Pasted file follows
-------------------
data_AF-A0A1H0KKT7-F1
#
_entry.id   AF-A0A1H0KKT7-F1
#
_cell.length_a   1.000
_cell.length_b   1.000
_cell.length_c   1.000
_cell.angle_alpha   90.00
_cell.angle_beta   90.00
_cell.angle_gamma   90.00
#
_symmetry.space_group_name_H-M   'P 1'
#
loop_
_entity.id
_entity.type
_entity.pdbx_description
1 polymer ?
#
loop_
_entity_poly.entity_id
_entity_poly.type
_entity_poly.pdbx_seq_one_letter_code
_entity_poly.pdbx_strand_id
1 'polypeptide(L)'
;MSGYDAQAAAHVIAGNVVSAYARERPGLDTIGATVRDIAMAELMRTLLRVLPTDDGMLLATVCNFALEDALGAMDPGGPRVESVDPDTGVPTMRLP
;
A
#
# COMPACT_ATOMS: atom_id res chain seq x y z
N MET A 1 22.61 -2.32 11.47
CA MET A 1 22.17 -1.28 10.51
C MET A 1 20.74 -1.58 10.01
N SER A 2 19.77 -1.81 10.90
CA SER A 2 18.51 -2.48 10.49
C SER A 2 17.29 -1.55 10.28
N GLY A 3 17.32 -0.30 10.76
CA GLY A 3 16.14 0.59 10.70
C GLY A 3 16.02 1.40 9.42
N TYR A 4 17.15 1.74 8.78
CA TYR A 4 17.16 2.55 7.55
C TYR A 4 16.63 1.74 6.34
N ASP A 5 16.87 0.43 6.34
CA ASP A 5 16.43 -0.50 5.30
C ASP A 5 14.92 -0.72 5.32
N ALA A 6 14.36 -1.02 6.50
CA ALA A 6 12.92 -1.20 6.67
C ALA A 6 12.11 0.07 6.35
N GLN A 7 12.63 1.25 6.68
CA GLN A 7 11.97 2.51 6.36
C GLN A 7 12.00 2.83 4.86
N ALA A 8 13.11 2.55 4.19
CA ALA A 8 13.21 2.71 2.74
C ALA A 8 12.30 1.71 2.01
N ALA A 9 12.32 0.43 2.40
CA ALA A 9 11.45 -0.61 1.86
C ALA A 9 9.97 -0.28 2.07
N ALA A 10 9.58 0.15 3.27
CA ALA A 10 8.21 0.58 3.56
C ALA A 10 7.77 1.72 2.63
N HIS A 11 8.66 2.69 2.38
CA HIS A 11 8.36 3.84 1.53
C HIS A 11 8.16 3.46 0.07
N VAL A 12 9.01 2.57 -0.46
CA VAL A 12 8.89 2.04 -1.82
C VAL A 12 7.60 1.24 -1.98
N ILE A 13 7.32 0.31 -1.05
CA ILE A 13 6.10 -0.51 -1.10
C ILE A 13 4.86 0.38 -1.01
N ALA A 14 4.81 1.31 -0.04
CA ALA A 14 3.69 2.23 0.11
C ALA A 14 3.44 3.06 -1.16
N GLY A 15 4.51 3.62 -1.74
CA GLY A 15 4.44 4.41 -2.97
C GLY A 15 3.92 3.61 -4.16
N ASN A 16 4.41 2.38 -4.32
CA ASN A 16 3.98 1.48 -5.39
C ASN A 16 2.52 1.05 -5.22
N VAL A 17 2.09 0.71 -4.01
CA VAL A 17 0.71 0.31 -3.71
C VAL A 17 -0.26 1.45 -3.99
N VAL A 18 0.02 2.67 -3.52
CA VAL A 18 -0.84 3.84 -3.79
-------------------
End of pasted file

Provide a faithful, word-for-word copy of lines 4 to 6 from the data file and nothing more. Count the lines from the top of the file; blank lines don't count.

#
_cell.length_a   1.000
_cell.length_b   1.000